Some writing about coaching women that I submitted for my certificate in coaching. I thought I would like to publish it in our blog.
Just a warning: A bit long!
Since Baron-Cohen’s book The Essential Difference was published in 2003 there has been passionate debate on whether neuroscience can explain differences between genders; that is, whether men and women are different because they have different types of brain. In 2010, Cordelia Fine published her book Delusions of Gender, which attacks Baron-Cohen and others’ main assumptions and labels them ‘neurosexism’.
The study of brain differences between genders started with several researchers, including Baron-Cohen, Becker and Goldstein, developing their theories in the field of disease pathology. These authors emphasize in their studies that sex differences exist in various chronic diseases such as schizophrenia, rheumatoid arthritis and Alzheimer’s, among others.
However, the field moved quickly into another arena; that is, one of measuring different gender behaviour and innate skills associated with the female and the male brain. Some of the adamant supporters of these theories include Anne Moir, who proposes treating boys and girls differently in school based on their different skills and learning capacities. According to this author, boys’ and girls’ brains mature at different stages to reveal different skills at different times. Her theories have already had a certain impact on the British educational system with at least one school, Blackawton Primary School in Devon, adopting them.
The question addressed by these researchers is whether male’s and female’s brains are really so different that they condition their behaviour and innate skills. If they are, what are these differences, and can they be proven scientifically? According to Baron-Cohen they can.
Addressing the question of gender brain differences, Baron-Cohen says: ‘The female brain is predominantly hard-wired for empathy. The male brain is predominantly hard-wired for understanding and building systems’. Reading this statement may lead one to think that Baron-Cohen follows a strict gender biological determinism in which there is no room for social or cultural constructions of gender, something that he absolutely denies:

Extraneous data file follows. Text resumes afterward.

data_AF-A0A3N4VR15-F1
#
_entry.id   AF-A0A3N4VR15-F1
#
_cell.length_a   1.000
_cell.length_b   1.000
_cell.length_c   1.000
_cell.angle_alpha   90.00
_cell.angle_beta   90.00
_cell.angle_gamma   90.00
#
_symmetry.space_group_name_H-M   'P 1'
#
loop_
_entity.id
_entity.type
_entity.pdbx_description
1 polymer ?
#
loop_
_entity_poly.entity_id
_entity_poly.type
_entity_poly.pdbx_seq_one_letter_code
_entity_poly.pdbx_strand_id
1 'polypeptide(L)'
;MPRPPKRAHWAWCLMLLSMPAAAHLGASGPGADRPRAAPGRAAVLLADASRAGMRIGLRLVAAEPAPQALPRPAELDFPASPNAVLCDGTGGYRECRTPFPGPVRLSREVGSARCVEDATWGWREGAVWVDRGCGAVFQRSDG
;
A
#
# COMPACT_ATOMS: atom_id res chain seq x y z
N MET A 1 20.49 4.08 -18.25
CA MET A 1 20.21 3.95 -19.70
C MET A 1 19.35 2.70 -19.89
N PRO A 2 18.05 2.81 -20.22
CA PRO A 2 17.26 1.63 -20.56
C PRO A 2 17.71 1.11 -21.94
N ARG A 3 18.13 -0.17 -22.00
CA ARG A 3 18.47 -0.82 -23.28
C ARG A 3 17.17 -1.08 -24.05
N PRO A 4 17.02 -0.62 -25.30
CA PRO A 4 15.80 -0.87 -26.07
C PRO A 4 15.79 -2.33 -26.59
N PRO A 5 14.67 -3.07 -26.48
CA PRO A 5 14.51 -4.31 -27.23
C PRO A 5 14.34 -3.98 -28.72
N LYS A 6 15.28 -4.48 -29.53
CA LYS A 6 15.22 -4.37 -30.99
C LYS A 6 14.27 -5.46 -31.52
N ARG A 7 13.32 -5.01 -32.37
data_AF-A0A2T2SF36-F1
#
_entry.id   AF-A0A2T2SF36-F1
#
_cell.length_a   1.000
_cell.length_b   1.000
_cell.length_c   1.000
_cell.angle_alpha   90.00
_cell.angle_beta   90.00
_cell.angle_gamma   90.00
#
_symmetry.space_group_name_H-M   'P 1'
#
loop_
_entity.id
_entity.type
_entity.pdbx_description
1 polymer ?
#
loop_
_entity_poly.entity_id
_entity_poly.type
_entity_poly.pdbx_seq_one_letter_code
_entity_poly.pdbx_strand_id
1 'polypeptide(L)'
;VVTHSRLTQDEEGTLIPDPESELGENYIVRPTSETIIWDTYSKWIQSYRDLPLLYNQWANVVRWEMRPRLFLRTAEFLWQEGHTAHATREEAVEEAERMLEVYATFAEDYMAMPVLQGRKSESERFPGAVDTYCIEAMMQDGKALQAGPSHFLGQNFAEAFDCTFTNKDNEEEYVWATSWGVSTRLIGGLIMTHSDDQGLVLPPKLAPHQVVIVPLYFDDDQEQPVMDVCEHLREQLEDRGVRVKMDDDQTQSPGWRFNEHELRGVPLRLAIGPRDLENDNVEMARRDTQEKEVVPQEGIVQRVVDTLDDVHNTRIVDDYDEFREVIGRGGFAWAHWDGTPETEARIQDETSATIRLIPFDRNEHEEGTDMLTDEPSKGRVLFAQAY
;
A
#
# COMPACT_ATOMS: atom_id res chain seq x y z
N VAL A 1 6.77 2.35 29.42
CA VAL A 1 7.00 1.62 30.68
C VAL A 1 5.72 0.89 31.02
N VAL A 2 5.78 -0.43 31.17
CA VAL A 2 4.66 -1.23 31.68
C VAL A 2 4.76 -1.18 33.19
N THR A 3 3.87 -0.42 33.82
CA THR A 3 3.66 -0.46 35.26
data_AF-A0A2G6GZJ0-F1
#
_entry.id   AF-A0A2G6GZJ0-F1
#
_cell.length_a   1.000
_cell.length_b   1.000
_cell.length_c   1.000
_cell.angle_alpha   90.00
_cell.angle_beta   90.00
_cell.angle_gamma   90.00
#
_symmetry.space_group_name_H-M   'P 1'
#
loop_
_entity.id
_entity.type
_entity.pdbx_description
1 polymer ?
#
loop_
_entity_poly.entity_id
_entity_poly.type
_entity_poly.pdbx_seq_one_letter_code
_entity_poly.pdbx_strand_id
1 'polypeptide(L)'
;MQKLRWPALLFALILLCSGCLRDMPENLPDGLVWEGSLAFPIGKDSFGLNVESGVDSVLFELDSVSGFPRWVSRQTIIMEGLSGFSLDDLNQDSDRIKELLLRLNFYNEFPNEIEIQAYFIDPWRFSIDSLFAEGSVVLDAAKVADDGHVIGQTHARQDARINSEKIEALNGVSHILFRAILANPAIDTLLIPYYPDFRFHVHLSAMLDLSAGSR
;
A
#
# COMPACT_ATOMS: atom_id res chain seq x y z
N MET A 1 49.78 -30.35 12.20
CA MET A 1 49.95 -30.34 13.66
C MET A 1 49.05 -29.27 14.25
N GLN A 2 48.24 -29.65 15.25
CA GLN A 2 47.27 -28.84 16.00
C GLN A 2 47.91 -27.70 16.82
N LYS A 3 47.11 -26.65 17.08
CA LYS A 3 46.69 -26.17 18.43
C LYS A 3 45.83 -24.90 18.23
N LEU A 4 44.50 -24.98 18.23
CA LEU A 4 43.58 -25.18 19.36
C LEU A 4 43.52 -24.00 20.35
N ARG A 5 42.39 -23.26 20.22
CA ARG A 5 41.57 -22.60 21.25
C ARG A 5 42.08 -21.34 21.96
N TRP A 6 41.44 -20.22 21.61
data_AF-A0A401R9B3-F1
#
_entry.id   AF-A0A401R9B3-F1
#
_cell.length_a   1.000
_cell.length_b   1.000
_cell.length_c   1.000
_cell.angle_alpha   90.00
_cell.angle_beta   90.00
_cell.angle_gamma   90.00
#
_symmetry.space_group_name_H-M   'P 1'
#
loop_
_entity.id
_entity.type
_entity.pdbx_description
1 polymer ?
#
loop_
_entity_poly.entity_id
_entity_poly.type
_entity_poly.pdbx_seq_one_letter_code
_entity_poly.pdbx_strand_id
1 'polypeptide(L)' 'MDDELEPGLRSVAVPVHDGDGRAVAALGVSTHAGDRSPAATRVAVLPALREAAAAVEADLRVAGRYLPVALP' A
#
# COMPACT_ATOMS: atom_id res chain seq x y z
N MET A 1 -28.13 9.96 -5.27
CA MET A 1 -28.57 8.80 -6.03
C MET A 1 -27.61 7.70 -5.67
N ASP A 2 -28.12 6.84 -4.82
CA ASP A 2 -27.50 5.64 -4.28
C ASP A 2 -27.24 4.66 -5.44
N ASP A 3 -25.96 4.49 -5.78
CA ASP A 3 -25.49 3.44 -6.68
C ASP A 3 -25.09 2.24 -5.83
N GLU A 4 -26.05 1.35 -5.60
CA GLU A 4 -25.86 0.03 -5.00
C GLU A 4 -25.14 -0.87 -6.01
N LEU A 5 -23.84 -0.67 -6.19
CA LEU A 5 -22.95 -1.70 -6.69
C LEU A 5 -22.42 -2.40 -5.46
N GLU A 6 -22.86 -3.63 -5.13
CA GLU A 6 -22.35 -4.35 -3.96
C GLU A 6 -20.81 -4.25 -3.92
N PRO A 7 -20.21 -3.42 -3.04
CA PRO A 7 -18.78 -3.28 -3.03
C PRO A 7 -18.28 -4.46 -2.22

‘Biological determinists don’t dismiss the importance of culture. They simply don’t deny the role of biology. It is a moderate position, recognising the interaction of social and biological factors. Nor, in my opinion, is biological determinism necessarily sexist. It can be sexist, if it is used to claim that all women do X and all men do Y (since sex differences don’t apply to all individuals of one sex) or if it is used to perpetuate social inequalities. Such sexist applications of biological determinist theories are abhorrent’.
In his mild approach to biological determinism, not all men have a systematizing brain and not all women are endowed with an empathizing one. These are just tendencies. In fact: ‘A brain type that leans towards strong ‘systemising’, for example, is more common in males, but there are plenty of men who don’t have this profile, and quite a lot of females who do’.
Not surprisingly, this statement can make one wonder about the truth of a scientific’ theory that tries to explain `differences between genders as valid in some cases but not in others. This field is full of controversy, as different researchers report different results in their studies.
For example, a study conducted among children at school shows that they are very sensitive to gender language and division, with children exposed to gender divisions more likely to present gender stereotypes, such as that only girls should play with baby dolls. Other studies show that believing in stereotypes undermines girls’ performance in maths. Interestingly enough, it seems that not all verbal abilities in toddlers are gender-determined. A study conducted among 80 families in two small cities in Kansas revealed no gender differences in verbal interactions among toddlers. And finally, a study conducted in the US between more than 450 children of different backgrounds, socio-economic status, gender and race found that young children think that certain attitudes or inclinations such as playing football or playing with dolls are innate to boys or girls.